Cater's Choice

TV - Tonight's Dispatches: Let Down by Labour on More4 at 11.05pm meets the families that believed in Tony Blair and trusted Gordon Brown but are now disillusioned.

There are plenty of existing or potential charity clients here because many are in need, from working families in Birmingham whose hard work has yet to lift their children out of poverty to the pensioners who fear huge heating bills and much else this winter. As we prepare for an incoming Conservative administration - well, exactly how much warning do we need? - this programme prompts the thought: what promises can the third sector realistically extract from the government-in-waiting that will enable charities to do a better job or be needed rather less?

Britain's charitable public schools are swift to promote their successes off the back of millions in high fees paid by this Government for the children of diplomats, top army officers and the staff of the British Council, as well as income from the overseas wealthy. But this closed world is less keen to admit its failings, including cases of sexual abuse of boys by teachers. On More4 next Tuesday, the documentary Chosen features three men who were victims of abuse. They talk about their experiences and the effect decades of this dark secret has had on the rest of their lives, including how they were groomed, why abuse goes undetected and the inadequate regulation of private schools.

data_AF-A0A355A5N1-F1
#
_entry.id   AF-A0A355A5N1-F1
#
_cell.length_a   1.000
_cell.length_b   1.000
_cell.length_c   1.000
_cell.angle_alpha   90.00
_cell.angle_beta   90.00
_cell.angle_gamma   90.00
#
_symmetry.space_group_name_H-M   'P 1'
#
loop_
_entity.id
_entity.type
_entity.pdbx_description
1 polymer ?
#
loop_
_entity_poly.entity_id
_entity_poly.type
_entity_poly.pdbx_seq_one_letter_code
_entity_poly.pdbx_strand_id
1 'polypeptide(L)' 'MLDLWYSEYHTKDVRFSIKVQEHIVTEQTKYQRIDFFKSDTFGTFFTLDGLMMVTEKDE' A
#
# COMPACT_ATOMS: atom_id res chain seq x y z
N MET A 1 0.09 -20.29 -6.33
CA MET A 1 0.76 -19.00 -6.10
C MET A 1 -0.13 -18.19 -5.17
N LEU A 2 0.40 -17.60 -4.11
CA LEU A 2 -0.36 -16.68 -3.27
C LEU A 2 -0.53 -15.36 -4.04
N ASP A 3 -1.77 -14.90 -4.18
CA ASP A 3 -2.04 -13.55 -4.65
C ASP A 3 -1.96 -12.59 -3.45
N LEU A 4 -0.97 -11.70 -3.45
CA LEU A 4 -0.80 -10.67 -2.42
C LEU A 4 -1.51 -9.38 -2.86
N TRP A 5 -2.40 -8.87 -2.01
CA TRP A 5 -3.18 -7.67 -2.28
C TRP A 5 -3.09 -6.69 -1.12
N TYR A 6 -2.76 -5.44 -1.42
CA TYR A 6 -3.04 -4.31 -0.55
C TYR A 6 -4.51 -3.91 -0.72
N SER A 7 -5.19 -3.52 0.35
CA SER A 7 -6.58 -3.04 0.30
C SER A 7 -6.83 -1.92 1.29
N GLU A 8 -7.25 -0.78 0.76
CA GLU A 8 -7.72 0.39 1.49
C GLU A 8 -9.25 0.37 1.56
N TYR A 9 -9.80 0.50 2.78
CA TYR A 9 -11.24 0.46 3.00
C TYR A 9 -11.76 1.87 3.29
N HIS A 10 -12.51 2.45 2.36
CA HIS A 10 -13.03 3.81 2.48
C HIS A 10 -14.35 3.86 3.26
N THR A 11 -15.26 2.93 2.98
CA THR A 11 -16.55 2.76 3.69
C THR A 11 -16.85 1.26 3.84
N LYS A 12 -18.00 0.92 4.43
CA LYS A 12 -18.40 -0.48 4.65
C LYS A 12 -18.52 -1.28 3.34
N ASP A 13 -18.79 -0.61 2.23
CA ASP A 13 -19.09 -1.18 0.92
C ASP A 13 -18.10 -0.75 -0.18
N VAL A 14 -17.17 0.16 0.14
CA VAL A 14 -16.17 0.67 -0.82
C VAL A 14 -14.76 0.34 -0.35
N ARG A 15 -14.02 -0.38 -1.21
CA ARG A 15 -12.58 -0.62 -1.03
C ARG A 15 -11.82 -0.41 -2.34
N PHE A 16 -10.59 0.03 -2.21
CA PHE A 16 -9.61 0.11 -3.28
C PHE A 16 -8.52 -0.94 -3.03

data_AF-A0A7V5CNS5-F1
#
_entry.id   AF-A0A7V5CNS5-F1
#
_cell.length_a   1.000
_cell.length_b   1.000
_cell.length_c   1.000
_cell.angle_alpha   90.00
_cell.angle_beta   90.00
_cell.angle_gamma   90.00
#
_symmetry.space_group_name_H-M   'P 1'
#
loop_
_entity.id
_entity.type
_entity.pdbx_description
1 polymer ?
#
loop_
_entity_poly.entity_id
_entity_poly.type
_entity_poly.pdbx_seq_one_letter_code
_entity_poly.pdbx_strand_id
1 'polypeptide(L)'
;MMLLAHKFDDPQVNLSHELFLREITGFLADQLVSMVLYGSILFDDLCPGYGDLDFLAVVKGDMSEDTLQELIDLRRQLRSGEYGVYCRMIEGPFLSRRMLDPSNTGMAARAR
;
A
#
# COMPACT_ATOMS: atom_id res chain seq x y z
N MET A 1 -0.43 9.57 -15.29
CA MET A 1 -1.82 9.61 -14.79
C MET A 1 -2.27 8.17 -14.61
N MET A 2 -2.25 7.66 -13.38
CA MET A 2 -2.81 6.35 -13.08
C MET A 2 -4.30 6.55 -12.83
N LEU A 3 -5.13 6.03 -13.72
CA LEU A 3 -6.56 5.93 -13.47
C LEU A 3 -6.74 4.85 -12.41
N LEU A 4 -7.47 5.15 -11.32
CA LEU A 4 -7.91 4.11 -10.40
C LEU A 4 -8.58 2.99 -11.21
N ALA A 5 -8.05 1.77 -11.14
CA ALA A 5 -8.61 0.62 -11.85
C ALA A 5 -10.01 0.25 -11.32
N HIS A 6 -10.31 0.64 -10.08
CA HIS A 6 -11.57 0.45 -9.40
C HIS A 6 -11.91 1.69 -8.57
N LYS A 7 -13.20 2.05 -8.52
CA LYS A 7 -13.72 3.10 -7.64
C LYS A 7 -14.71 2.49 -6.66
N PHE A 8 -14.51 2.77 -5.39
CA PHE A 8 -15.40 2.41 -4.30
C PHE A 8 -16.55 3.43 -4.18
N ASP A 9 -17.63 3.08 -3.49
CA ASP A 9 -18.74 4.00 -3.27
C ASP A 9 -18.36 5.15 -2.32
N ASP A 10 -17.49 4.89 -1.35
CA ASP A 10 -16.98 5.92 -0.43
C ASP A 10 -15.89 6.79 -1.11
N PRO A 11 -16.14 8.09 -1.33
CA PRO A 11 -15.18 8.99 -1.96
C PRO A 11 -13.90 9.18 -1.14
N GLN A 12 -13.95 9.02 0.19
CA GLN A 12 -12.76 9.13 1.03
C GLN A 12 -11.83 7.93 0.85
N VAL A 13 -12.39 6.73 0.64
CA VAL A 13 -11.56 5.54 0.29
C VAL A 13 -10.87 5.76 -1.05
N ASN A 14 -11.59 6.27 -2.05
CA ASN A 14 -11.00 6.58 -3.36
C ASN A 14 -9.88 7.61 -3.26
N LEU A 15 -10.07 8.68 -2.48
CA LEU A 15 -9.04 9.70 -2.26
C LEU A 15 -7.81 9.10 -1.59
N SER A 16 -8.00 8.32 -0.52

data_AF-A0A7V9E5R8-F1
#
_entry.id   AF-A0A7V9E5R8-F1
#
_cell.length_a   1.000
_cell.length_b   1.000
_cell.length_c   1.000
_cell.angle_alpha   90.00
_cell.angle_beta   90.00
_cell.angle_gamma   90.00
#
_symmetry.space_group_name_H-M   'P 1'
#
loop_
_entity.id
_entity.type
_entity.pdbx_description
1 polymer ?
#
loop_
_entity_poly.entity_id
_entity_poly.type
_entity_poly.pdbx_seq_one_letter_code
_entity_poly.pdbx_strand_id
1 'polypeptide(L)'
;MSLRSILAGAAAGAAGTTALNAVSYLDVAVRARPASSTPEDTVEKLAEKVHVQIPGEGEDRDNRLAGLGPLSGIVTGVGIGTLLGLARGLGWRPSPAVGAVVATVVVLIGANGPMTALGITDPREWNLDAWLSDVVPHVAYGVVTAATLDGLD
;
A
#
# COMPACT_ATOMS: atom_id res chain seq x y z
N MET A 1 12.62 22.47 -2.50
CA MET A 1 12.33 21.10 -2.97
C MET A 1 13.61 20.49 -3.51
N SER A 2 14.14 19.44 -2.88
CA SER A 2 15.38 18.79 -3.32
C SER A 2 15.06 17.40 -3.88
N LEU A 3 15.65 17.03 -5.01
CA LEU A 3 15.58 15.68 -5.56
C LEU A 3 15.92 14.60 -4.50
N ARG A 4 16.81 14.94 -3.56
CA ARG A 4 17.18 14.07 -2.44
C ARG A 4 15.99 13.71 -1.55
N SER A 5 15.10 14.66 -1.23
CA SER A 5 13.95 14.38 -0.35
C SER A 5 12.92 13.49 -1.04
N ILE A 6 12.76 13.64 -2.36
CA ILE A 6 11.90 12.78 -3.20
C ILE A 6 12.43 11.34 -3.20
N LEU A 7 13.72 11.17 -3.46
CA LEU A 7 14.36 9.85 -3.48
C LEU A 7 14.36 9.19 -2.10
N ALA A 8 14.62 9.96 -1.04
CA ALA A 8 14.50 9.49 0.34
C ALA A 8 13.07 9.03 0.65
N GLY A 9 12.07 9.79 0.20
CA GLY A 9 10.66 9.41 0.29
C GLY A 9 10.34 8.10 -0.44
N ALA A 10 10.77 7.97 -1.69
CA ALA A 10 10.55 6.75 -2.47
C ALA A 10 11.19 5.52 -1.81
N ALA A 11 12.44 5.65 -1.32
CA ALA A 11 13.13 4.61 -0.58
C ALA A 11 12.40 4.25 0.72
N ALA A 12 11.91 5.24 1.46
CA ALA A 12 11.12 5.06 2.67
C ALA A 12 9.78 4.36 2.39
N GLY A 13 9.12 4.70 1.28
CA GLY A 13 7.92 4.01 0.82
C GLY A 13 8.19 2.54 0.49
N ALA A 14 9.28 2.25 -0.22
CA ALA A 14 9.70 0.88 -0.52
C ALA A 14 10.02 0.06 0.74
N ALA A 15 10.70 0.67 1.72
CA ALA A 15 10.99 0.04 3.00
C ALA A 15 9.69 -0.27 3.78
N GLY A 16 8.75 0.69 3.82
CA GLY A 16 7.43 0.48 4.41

Radio - The UK now has more pensioners than children: the percentage of the population that is aged under 16 - declining since 1995 - has fallen below that of people over state pensionable age. From Monday, BBC Radio 2 has a flurry of programmes under the banner 70 Not Out! to explore how this society sees and treats older people and to celebrate their continuing contribution. The campaign is previewed by the Steve Wright Show on Friday and features in the Jeremy Vine Show from Monday, with contributions from Angela Rippon and money expert Martin Lewis.

- Contact Nick Cater at catercharity@yahoo.co.uk.

Have you registered with us yet?

Register now to enjoy more articles and free email bulletins

Register
Already registered?
Sign in

Before commenting please read our rules for commenting on articles.

If you see a comment you find offensive, you can flag it as inappropriate. In the top right-hand corner of an individual comment, you will see 'flag as inappropriate'. Clicking this prompts us to review the comment. For further information see our rules for commenting on articles.

comments powered by Disqus